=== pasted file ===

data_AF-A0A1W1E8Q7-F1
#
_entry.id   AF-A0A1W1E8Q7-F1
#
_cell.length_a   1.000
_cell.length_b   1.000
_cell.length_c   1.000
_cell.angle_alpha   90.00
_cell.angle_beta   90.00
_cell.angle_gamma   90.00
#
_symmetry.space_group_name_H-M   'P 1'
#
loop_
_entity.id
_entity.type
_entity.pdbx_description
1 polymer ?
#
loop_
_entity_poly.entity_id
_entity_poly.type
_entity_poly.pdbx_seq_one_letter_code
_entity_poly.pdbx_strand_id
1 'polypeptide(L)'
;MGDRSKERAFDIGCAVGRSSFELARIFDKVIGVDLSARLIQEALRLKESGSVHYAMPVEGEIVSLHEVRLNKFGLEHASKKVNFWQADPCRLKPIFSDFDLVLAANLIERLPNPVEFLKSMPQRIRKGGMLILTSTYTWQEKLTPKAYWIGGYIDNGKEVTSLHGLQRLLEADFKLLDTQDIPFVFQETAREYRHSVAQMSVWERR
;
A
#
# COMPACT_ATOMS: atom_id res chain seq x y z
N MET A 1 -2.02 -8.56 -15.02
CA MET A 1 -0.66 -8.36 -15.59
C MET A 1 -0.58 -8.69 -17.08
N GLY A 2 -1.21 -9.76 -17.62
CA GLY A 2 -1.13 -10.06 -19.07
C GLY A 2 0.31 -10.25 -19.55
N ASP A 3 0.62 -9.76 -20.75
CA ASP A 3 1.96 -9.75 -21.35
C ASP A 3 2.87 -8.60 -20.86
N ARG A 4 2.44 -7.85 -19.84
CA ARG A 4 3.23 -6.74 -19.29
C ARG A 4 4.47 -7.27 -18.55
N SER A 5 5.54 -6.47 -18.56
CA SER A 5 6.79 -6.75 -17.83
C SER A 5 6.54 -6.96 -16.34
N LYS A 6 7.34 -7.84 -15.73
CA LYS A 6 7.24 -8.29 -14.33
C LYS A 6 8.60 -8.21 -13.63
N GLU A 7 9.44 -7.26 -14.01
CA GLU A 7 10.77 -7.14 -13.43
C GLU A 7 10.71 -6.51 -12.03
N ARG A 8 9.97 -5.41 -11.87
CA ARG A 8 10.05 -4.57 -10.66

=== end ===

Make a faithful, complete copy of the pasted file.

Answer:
data_AF-A0A1W1E8Q7-F1
#
_entry.id   AF-A0A1W1E8Q7-F1
#
_cell.length_a   1.000
_cell.length_b   1.000
_cell.length_c   1.000
_cell.angle_alpha   90.00
_cell.angle_beta   90.00
_cell.angle_gamma   90.00
#
_symmetry.space_group_name_H-M   'P 1'
#
loop_
_entity.id
_entity.type
_entity.pdbx_description
1 polymer ?
#
loop_
_entity_poly.entity_id
_entity_poly.type
_entity_poly.pdbx_seq_one_letter_code
_entity_poly.pdbx_strand_id
1 'polypeptide(L)'
;MGDRSKERAFDIGCAVGRSSFELARIFDKVIGVDLSARLIQEALRLKESGSVHYAMPVEGEIVSLHEVRLNKFGLEHASKKVNFWQADPCRLKPIFSDFDLVLAANLIERLPNPVEFLKSMPQRIRKGGMLILTSTYTWQEKLTPKAYWIGGYIDNGKEVTSLHGLQRLLEADFKLLDTQDIPFVFQETAREYRHSVAQMSVWERR
;
A
#
# COMPACT_ATOMS: atom_id res chain seq x y z
N MET A 1 -2.02 -8.56 -15.02
CA MET A 1 -0.66 -8.36 -15.59
C MET A 1 -0.58 -8.69 -17.08
N GLY A 2 -1.21 -9.76 -17.62
CA GLY A 2 -1.13 -10.06 -19.07
C GLY A 2 0.31 -10.25 -19.55
N ASP A 3 0.62 -9.76 -20.75
CA ASP A 3 1.96 -9.75 -21.35
C ASP A 3 2.87 -8.60 -20.86
N ARG A 4 2.44 -7.85 -19.84
CA ARG A 4 3.23 -6.74 -19.29
C ARG A 4 4.47 -7.27 -18.55
N SER A 5 5.54 -6.47 -18.56
CA SER A 5 6.79 -6.75 -17.83
C SER A 5 6.54 -6.96 -16.34
N LYS A 6 7.34 -7.84 -15.73
CA LYS A 6 7.24 -8.29 -14.33
C LYS A 6 8.60 -8.21 -13.63
N GLU A 7 9.44 -7.26 -14.01
CA GLU A 7 10.77 -7.14 -13.43
C GLU A 7 10.71 -6.51 -12.03
N ARG A 8 9.97 -5.41 -11.87
CA ARG A 8 10.05 -4.57 -10.66